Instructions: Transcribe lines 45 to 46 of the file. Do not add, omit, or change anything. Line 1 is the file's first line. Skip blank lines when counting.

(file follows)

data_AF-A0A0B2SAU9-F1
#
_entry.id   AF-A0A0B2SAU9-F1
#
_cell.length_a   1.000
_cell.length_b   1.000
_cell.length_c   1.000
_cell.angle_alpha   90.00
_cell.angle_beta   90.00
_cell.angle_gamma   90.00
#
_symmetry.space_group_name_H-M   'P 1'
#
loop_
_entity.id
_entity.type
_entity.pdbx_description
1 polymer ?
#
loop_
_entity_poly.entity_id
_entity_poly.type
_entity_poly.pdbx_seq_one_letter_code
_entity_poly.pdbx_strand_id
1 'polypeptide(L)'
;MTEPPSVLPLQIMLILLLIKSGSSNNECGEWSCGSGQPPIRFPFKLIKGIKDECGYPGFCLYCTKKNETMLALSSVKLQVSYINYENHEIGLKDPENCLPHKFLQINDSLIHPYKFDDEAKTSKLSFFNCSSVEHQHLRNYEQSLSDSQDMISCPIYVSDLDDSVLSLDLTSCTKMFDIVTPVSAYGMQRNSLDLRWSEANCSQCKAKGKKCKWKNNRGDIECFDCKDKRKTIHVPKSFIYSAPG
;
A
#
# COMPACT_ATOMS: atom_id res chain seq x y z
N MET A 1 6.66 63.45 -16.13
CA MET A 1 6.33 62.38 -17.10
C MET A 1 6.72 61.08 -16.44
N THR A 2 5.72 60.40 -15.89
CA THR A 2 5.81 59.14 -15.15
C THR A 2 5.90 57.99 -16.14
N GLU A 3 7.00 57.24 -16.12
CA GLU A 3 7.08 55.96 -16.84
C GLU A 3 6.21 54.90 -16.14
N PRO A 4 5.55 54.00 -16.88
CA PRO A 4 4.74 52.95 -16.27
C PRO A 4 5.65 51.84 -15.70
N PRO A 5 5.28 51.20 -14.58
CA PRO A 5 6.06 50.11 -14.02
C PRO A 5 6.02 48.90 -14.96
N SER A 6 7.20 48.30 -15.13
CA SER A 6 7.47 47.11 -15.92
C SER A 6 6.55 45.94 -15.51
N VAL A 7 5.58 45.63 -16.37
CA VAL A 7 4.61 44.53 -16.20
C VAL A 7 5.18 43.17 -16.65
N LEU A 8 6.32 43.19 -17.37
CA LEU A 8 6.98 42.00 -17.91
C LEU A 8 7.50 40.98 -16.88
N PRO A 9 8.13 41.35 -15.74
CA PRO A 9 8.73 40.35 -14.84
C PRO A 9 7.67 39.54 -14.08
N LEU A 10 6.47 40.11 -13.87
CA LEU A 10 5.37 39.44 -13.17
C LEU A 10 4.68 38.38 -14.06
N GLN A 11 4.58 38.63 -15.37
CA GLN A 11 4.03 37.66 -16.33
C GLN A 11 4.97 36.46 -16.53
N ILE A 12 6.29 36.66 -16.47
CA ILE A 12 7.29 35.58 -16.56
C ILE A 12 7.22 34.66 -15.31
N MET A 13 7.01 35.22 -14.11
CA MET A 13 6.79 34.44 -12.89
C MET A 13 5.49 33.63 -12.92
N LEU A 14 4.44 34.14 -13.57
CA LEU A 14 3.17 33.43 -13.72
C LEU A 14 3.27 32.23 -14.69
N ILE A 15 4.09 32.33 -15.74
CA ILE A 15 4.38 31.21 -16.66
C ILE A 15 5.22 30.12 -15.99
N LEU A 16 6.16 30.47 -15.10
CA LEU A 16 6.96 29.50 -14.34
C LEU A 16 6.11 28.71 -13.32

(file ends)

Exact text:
C PRO A 5 6.02 48.90 -14.96
N SER A 6 7.20 48.30 -15.13